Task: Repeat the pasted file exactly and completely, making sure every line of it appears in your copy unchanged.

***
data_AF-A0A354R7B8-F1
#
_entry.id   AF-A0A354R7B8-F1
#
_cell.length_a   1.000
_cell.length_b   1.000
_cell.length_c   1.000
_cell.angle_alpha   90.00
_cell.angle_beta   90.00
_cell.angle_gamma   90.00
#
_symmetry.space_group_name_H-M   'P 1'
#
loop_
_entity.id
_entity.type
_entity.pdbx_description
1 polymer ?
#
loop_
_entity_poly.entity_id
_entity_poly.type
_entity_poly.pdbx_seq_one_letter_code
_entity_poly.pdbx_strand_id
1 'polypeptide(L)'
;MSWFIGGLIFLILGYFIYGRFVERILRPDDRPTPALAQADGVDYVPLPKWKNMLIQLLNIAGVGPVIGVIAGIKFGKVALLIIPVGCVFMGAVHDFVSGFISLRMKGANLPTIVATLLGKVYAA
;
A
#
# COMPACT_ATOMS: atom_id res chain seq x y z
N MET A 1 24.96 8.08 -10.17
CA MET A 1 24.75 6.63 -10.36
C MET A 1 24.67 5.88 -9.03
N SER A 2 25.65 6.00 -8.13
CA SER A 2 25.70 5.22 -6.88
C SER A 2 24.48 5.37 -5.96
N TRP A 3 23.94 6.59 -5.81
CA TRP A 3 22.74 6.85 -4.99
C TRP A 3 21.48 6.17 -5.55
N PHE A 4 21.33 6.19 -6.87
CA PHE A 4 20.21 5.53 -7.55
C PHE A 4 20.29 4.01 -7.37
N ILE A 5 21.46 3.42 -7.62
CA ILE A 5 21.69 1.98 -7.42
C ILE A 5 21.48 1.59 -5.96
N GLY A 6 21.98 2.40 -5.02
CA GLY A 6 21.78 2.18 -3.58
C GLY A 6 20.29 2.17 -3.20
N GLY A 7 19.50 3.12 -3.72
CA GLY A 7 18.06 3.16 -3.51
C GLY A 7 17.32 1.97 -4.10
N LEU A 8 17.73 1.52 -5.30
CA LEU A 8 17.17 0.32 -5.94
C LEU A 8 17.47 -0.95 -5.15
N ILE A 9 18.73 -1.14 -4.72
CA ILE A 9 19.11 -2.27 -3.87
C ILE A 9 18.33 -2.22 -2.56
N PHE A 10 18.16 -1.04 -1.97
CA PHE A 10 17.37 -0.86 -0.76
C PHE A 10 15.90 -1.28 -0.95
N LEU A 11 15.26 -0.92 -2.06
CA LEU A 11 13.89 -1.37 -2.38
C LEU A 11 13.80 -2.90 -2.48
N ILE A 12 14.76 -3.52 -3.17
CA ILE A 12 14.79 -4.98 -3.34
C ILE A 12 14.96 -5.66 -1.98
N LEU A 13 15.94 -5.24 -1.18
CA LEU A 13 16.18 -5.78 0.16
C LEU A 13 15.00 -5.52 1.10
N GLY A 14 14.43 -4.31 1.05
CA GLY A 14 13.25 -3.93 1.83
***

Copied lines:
data_AF-A0A354R7B8-F1
#
_entry.id   AF-A0A354R7B8-F1
#
_cell.length_a   1.000
_cell.length_b   1.000
_cell.length_c   1.000
_cell.angle_alpha   90.00
_cell.angle_beta   90.00
_cell.angle_gamma   90.00
#
_symmetry.space_group_name_H-M   'P 1'
#
loop_
_entity.id
_entity.type
_entity.pdbx_description
1 polymer ?
#
loop_
_entity_poly.entity_id
_entity_poly.type
_entity_poly.pdbx_seq_one_letter_code
_entity_poly.pdbx_strand_id
1 'polypeptide(L)'
;MSWFIGGLIFLILGYFIYGRFVERILRPDDRPTPALAQADGVDYVPLPKWKNMLIQLLNIAGVGPVIGVIAGIKFGKVALLIIPVGCVFMGAVHDFVSGFISLRMKGANLPTIVATLLGKVYAA
;
A
#
# COMPACT_ATOMS: atom_id res chain seq x y z
N MET A 1 24.96 8.08 -10.17
CA MET A 1 24.75 6.63 -10.36
C MET A 1 24.67 5.88 -9.03
N SER A 2 25.65 6.00 -8.13
CA SER A 2 25.70 5.22 -6.88
C SER A 2 24.48 5.37 -5.96
N TRP A 3 23.94 6.59 -5.81
CA TRP A 3 22.74 6.85 -4.99
C TRP A 3 21.48 6.17 -5.55
N PHE A 4 21.33 6.19 -6.87
CA PHE A 4 20.21 5.53 -7.55
C PHE A 4 20.29 4.01 -7.37
N ILE A 5 21.46 3.42 -7.62
CA ILE A 5 21.69 1.98 -7.42
C ILE A 5 21.48 1.59 -5.96
N GLY A 6 21.98 2.40 -5.02
CA GLY A 6 21.78 2.18 -3.58
C GLY A 6 20.29 2.17 -3.20
N GLY A 7 19.50 3.12 -3.72
CA GLY A 7 18.06 3.16 -3.51
C GLY A 7 17.32 1.97 -4.10
N LEU A 8 17.73 1.52 -5.30
CA LEU A 8 17.17 0.32 -5.94
C LEU A 8 17.47 -0.95 -5.15
N ILE A 9 18.73 -1.14 -4.72
CA ILE A 9 19.11 -2.27 -3.87
C ILE A 9 18.33 -2.22 -2.56
N PHE A 10 18.16 -1.04 -1.97
CA PHE A 10 17.37 -0.86 -0.76
C PHE A 10 15.90 -1.28 -0.95
N LEU A 11 15.26 -0.92 -2.06
CA LEU A 11 13.89 -1.37 -2.38
C LEU A 11 13.80 -2.90 -2.48
N ILE A 12 14.76 -3.52 -3.17
CA ILE A 12 14.79 -4.98 -3.34
C ILE A 12 14.96 -5.66 -1.98
N LEU A 13 15.94 -5.24 -1.18
CA LEU A 13 16.18 -5.78 0.16
C LEU A 13 15.00 -5.52 1.10
N GLY A 14 14.43 -4.31 1.05
CA GLY A 14 13.25 -3.93 1.83